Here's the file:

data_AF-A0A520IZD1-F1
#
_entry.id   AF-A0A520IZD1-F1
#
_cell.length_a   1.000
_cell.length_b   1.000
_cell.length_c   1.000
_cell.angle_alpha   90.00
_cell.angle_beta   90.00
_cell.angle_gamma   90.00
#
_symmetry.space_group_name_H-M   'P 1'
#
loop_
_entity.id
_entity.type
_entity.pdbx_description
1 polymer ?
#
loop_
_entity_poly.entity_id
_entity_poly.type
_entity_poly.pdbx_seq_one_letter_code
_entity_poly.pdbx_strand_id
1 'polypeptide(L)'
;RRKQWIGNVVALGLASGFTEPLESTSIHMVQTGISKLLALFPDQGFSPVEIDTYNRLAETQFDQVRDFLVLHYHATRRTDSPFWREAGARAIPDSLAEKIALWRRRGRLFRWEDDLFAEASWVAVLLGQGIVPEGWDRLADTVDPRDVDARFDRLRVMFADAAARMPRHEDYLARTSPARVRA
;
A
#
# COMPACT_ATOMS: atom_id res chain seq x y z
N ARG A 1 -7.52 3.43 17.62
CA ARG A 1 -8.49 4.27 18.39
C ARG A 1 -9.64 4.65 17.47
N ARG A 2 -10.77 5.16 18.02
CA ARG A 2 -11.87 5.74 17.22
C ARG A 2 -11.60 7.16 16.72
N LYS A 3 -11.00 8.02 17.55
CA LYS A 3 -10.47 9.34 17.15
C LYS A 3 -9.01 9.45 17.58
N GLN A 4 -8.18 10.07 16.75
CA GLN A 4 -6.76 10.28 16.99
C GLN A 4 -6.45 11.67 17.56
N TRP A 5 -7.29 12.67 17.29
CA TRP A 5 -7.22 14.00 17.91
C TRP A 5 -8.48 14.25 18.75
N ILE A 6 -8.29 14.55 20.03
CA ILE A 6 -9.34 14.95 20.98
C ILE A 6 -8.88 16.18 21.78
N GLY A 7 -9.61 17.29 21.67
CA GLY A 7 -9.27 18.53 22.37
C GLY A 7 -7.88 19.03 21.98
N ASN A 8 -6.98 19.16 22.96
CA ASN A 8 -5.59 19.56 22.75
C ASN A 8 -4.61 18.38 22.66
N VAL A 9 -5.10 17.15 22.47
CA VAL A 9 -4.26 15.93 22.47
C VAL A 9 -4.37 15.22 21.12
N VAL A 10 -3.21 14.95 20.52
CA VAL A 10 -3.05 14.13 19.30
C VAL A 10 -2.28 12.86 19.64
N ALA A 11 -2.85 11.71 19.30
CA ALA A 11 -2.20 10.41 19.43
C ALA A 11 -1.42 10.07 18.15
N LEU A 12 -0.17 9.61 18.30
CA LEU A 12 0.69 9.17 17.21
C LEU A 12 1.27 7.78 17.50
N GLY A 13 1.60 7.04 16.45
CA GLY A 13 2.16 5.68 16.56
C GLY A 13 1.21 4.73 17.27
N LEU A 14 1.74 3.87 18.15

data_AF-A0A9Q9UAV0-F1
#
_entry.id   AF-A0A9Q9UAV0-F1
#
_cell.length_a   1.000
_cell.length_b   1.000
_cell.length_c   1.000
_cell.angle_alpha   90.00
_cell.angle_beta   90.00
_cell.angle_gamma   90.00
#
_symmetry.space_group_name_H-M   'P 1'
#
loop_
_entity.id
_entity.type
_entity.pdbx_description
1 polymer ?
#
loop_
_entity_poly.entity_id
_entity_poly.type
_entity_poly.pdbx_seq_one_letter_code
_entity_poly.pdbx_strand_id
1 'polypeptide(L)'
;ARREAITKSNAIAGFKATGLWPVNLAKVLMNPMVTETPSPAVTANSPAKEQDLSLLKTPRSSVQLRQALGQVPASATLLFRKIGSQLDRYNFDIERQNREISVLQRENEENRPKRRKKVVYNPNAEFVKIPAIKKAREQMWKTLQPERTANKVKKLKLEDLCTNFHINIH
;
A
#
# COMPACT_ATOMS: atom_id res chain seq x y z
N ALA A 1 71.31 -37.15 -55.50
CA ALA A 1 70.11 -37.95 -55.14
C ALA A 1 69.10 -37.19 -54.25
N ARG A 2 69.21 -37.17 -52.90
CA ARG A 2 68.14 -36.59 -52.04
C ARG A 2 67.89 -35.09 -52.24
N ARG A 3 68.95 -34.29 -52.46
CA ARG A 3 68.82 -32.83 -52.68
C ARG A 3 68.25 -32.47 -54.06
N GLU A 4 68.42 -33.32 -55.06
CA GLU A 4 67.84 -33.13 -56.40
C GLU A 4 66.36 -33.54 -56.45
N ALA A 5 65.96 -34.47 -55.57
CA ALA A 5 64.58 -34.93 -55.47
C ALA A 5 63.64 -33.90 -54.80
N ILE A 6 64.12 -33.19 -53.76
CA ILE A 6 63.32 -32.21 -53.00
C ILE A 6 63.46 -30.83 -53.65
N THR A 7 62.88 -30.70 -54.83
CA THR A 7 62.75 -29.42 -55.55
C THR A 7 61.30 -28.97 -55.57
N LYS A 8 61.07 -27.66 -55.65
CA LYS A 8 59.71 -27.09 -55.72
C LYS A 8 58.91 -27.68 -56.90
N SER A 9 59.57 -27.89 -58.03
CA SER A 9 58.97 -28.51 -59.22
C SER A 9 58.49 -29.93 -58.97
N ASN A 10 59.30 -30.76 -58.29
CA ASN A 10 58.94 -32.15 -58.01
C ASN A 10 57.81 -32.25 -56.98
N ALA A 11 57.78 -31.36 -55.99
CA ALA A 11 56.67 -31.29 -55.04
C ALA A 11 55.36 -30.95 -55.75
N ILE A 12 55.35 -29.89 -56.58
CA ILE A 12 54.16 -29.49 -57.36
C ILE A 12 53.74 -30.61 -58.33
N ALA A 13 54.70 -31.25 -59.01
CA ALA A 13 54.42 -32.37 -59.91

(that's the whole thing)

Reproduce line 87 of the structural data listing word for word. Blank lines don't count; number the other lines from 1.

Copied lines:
_entity.pdbx_description